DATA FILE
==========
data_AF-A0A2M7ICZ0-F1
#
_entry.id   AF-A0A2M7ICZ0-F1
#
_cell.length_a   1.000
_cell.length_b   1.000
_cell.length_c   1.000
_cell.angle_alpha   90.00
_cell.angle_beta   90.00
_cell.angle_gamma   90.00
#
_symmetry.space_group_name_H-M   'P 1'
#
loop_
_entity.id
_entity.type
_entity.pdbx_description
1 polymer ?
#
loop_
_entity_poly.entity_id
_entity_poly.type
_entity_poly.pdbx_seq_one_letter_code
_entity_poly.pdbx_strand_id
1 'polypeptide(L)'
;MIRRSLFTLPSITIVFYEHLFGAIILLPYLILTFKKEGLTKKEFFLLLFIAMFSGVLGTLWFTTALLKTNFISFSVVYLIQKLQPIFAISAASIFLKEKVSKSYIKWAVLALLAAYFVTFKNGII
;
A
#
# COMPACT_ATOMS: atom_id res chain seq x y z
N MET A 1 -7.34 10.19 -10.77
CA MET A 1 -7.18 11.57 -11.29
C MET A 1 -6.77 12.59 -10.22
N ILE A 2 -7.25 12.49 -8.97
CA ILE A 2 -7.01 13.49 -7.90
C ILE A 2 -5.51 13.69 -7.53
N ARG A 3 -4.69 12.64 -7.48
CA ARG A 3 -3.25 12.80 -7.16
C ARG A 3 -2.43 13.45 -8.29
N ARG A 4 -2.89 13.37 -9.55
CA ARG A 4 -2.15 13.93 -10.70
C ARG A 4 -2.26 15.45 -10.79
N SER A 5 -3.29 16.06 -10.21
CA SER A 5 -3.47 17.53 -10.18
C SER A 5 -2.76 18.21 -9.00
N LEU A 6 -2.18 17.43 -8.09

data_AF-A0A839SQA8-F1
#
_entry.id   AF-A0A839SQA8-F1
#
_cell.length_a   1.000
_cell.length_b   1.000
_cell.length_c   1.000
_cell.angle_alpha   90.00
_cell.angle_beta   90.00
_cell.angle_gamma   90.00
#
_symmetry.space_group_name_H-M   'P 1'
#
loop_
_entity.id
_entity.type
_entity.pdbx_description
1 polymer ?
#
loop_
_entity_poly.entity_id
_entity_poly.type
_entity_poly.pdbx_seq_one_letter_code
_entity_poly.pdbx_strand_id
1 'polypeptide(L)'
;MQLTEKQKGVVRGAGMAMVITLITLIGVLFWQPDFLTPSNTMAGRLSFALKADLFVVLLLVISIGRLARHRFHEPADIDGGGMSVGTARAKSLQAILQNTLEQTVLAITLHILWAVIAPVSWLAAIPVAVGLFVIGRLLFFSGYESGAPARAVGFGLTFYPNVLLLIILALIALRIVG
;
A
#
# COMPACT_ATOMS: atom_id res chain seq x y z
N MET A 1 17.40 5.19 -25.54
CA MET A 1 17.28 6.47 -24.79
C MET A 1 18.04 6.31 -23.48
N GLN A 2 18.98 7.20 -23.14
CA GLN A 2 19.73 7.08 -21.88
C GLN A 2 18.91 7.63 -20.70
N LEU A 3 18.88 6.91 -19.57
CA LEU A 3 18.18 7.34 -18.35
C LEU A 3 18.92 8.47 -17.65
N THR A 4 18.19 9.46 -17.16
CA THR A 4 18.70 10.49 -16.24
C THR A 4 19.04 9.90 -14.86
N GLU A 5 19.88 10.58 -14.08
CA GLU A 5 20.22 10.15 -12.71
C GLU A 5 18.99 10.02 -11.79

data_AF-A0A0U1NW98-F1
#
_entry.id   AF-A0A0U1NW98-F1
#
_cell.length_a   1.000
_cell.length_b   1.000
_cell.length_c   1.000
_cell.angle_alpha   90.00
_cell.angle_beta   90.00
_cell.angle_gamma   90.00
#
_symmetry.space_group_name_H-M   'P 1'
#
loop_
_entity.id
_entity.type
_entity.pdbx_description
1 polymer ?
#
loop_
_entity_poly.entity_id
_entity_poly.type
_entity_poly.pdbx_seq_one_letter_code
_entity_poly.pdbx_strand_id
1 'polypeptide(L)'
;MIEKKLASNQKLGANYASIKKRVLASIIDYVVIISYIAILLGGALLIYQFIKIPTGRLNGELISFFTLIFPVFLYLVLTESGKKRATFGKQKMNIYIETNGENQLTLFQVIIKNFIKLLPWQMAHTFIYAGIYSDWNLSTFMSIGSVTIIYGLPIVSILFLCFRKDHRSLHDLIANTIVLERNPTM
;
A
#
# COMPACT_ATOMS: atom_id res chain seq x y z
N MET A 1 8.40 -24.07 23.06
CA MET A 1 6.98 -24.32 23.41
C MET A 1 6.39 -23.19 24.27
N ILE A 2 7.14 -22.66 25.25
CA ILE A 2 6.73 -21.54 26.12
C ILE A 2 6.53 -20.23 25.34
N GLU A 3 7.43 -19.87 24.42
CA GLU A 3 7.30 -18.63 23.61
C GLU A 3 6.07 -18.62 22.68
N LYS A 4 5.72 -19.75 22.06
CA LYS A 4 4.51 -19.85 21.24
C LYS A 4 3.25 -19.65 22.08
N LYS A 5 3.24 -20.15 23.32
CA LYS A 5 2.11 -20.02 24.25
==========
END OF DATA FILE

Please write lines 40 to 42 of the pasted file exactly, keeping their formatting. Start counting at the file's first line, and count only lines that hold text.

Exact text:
N ARG A 4 -2.89 13.37 -9.55
CA ARG A 4 -2.15 13.93 -10.70
C ARG A 4 -2.26 15.45 -10.79